It’s Sunday morning. I should be relaxing in bed, considering feeding cats breakfast. Instead, I’m underwater watching two sea lions chase each other, round and round, in playful circles.
Only two and a half hours from Perth lies seaside town Jurien Bay.
My biggest question is why I haven’t visited sooner: it’s got beautiful beaches and a sparkling ocean. And sea lions.
Indian Ocean Drive runs up the south-west coast, starting in Perth and ending a dusty 400km later in Geraldton. Opened less than 10 years ago, it’s slightly quicker than other routes, and connects coastal towns directly to Perth. Combined, it’s had a positive effect on the local economies of many places along the way. Including Jurien Bay.
I’ll write about other places along the Drive another time, but today is Jurien Bay. And, yes, its sea lions.
A Town Divided
This part of the coast was discovered by Europeans more than a century ago, and Jurien Bay got permanent buildings for the first time in the 1950s. Even those were reportedly little more than corrugated iron shacks.
In parts of Jurien Bay, there are still some original houses, built when it was a fishing industry town. There was a time when the seafood supply chain connected almost everyone; catching the fish, processing it, or selling seafood.
Rock lobster has since become a billion-dollar industry, and when the mining boom funnelled wealth into Western Australia, Jurien Bay benefitted.
Today there is a strange disconnect in the town. One street will have original weatherboard houses, but a short distance away, closer to the water, it’s more like a millionaire’s row.
What is also clear is the impact of the global financial crisis.
Some lots are half-finished, and faded billboards are still advertising land for sale. Fancy mansions stand almost as islands with their residents enjoying early evening drinks on their balconies overlooking deserted streets.
The housing boom might have looked like it would last forever, but Jurien Bay shows the high-water mark of where that wave broke and rolled back. As a town, it feels like it has a fractured identity.
The Mane Attraction
What I didn’t know until recently was that Jurien Bay is famous for its sea lions.
I have a decidedly amateur interest in marine biology, including sea turtle conservation, meeting seals on kayaking or stand-up paddleboarding adventures, and even swimming with wild dolphins last year. I leapt at the chance to meet sea lions.
Tourism is big business for towns like Jurien Bay. Climate change affects ocean temperatures, the fossil fuel industry is becoming less sustainable, and extreme and unpredictable weather events are becoming more common, so it’s important to support local economies.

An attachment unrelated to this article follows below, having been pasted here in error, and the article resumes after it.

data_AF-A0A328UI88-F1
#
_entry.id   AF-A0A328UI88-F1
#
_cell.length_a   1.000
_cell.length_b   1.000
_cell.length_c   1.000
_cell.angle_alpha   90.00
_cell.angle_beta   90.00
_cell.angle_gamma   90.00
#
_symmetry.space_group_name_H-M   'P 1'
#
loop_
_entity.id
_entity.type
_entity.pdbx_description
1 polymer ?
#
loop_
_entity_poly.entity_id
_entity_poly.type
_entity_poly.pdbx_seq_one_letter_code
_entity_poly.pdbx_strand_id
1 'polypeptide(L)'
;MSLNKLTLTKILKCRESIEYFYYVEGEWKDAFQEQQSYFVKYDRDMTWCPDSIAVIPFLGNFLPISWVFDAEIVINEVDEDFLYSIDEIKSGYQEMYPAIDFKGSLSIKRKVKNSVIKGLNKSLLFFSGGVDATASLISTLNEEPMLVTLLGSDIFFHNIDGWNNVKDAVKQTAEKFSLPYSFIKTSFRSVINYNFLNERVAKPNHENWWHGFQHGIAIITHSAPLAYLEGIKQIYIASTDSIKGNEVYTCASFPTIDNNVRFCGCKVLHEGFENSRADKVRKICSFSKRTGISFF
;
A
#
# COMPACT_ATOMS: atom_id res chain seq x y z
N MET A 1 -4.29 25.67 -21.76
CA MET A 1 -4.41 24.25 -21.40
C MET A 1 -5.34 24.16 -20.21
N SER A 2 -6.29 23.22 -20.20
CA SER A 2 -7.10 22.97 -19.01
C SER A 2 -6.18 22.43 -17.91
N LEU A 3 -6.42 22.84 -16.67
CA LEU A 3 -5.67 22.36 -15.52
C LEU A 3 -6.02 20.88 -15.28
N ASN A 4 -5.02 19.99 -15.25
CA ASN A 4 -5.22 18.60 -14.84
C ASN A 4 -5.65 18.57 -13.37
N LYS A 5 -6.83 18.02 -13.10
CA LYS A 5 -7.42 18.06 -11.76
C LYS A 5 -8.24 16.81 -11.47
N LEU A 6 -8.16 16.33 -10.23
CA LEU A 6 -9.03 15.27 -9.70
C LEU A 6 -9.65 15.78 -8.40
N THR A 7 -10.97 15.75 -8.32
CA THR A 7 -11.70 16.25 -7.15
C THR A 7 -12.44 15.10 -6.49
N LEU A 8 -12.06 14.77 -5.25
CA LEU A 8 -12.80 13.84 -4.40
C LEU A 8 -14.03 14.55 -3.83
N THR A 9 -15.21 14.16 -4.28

Luckily, there are several sea lion tours to choose from in town, and during school holidays you definitely need to book in advance. We got the last two spots on the last tour with Sea Lion Charters — leaving first thing, 7:30 on Sunday morning.
The tour starts with a short journey out into the bay while the skipper blasts 80s Aussie anthems and shares his knowledge of the area with his passengers on board. But everyone on the boat is nervously thinking the same thing: what’s going to happen? Will we even see any sea lions?
Face to Face
This is no ordinary tour where you watch wildlife from the comfort of a boat. Here, you meet sea lions, face to face, in the water. You slip on a wetsuit, strap on a facemask and snorkel, and jump in the water — the sea lions are waiting to meet you.
Once the boat reaches the area of a nearby protected island in the bay, sea lions of all shapes and sizes are lounging about in the warm morning sun. Once they see us, it doesn’t take long for the sea lions to come swimming out to us.
Sometimes you observe sea lions swimming a little distance away from you, indifferent to your presence, doing their own sort of aquatic feline thing, other times more playful ones swim up and try to encourage you to join in a game.
Or a pair of playful sea lions, barely a metre away, will spend several minutes chasing each other in circles, over and over. You watch, transfixed, feeling like you have stumbled (or haplessly swum) into a nature documentary, but you can’t look away.
You watch until their endless twirling makes you start to feel dizzy, but the sea lions are content to keep on going like they are performing in a show just for you.
There is up to 16 people on a tour, and multiple tours in the same area — plus private boats also out to see the wildlife, so it might seem like it gets crowded in the water, but it’s a big ocean. You can swim happily and peacefully on your own, and a smiling sea lion will rocket past underneath you, or you might be among a small group of people, and just as you put your face into the water notice, a sea lion friend is swimming, unnoticed, by your feet.
Tours have the option to hire a GoPro camera so you can take photos or shoot video of the experience. I’m only glad that I didn’t take it up, because any video footage would be soundtracked by my excited swearing when a sea lion swims by.
With this sort of thing, you can think you know what to expect. Even if you know you are going to meet sea lions, sometimes literally being face to face with them if they are feeling curious about you, nothing can prepare you for how that feels when it happens.
It’s exhilarating and humbling and emotional.
Jurien Bay is so close to Perth, and an adventure to meet the town’s sea lions is an easy and unique experience.